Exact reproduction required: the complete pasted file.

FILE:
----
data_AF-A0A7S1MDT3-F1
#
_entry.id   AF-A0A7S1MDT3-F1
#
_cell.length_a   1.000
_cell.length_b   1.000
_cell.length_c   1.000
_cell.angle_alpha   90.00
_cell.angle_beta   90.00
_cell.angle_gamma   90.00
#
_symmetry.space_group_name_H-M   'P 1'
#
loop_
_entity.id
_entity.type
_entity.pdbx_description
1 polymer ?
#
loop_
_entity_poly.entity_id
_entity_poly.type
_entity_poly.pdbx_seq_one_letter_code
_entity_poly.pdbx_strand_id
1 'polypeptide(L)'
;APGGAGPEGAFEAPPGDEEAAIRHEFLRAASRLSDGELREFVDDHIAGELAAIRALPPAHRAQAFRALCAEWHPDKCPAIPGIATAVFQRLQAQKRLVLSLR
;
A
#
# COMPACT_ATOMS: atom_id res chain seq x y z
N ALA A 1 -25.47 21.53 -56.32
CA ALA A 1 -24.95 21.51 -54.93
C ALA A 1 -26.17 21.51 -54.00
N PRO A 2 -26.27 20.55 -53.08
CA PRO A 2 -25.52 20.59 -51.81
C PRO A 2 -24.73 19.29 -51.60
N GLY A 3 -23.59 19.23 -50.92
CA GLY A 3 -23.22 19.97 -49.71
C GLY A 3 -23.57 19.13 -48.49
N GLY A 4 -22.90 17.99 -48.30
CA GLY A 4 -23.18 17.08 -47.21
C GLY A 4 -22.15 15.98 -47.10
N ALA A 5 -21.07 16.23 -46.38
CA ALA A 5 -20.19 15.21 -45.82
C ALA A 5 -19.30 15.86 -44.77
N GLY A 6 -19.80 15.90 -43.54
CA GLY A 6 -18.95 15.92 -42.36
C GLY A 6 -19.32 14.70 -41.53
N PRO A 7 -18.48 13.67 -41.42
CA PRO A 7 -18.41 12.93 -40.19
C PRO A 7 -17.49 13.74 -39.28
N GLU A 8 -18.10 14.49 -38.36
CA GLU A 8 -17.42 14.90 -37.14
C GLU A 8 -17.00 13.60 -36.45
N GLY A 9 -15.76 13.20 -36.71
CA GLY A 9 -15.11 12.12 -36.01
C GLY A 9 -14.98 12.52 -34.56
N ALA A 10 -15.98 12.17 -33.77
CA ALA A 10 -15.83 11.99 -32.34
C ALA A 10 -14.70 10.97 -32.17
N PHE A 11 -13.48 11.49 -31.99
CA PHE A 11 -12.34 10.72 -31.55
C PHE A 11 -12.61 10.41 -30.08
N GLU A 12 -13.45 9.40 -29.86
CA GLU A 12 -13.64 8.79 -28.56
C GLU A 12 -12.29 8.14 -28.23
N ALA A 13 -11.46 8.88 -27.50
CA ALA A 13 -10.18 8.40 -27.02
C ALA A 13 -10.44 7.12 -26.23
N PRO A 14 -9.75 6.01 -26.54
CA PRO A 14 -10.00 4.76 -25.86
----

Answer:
data_AF-A0A7S1MDT3-F1
#
_entry.id   AF-A0A7S1MDT3-F1
#
_cell.length_a   1.000
_cell.length_b   1.000
_cell.length_c   1.000
_cell.angle_alpha   90.00
_cell.angle_beta   90.00
_cell.angle_gamma   90.00
#
_symmetry.space_group_name_H-M   'P 1'
#
loop_
_entity.id
_entity.type
_entity.pdbx_description
1 polymer ?
#
loop_
_entity_poly.entity_id
_entity_poly.type
_entity_poly.pdbx_seq_one_letter_code
_entity_poly.pdbx_strand_id
1 'polypeptide(L)'
;APGGAGPEGAFEAPPGDEEAAIRHEFLRAASRLSDGELREFVDDHIAGELAAIRALPPAHRAQAFRALCAEWHPDKCPAIPGIATAVFQRLQAQKRLVLSLR
;
A
#
# COMPACT_ATOMS: atom_id res chain seq x y z
N ALA A 1 -25.47 21.53 -56.32
CA ALA A 1 -24.95 21.51 -54.93
C ALA A 1 -26.17 21.51 -54.00
N PRO A 2 -26.27 20.55 -53.08
CA PRO A 2 -25.52 20.59 -51.81
C PRO A 2 -24.73 19.29 -51.60
N GLY A 3 -23.59 19.23 -50.92
CA GLY A 3 -23.22 19.97 -49.71
C GLY A 3 -23.57 19.13 -48.49
N GLY A 4 -22.90 17.99 -48.30
CA GLY A 4 -23.18 17.08 -47.21
C GLY A 4 -22.15 15.98 -47.10
N ALA A 5 -21.07 16.23 -46.38
CA ALA A 5 -20.19 15.21 -45.82
C ALA A 5 -19.30 15.86 -44.77
N GLY A 6 -19.80 15.90 -43.54
CA GLY A 6 -18.95 15.92 -42.36
C GLY A 6 -19.32 14.70 -41.53
N PRO A 7 -18.48 13.67 -41.42
CA PRO A 7 -18.41 12.93 -40.19
C PRO A 7 -17.49 13.74 -39.28
N GLU A 8 -18.10 14.49 -38.36
CA GLU A 8 -17.42 14.90 -37.14
C GLU A 8 -17.00 13.60 -36.45
N GLY A 9 -15.76 13.20 -36.71
CA GLY A 9 -15.11 12.12 -36.01
C GLY A 9 -14.98 12.52 -34.56
N ALA A 10 -15.98 12.17 -33.77
CA ALA A 10 -15.83 11.99 -32.34
C ALA A 10 -14.70 10.97 -32.17
N PHE A 11 -13.48 11.49 -31.99
CA PHE A 11 -12.34 10.72 -31.55
C PHE A 11 -12.61 10.41 -30.08
N GLU A 12 -13.45 9.40 -29.86
CA GLU A 12 -13.64 8.79 -28.56
C GLU A 12 -12.29 8.14 -28.23
N ALA A 13 -11.46 8.88 -27.50
CA ALA A 13 -10.18 8.40 -27.02
C ALA A 13 -10.44 7.12 -26.23
N PRO A 14 -9.75 6.01 -26.54
CA PRO A 14 -10.00 4.76 -25.86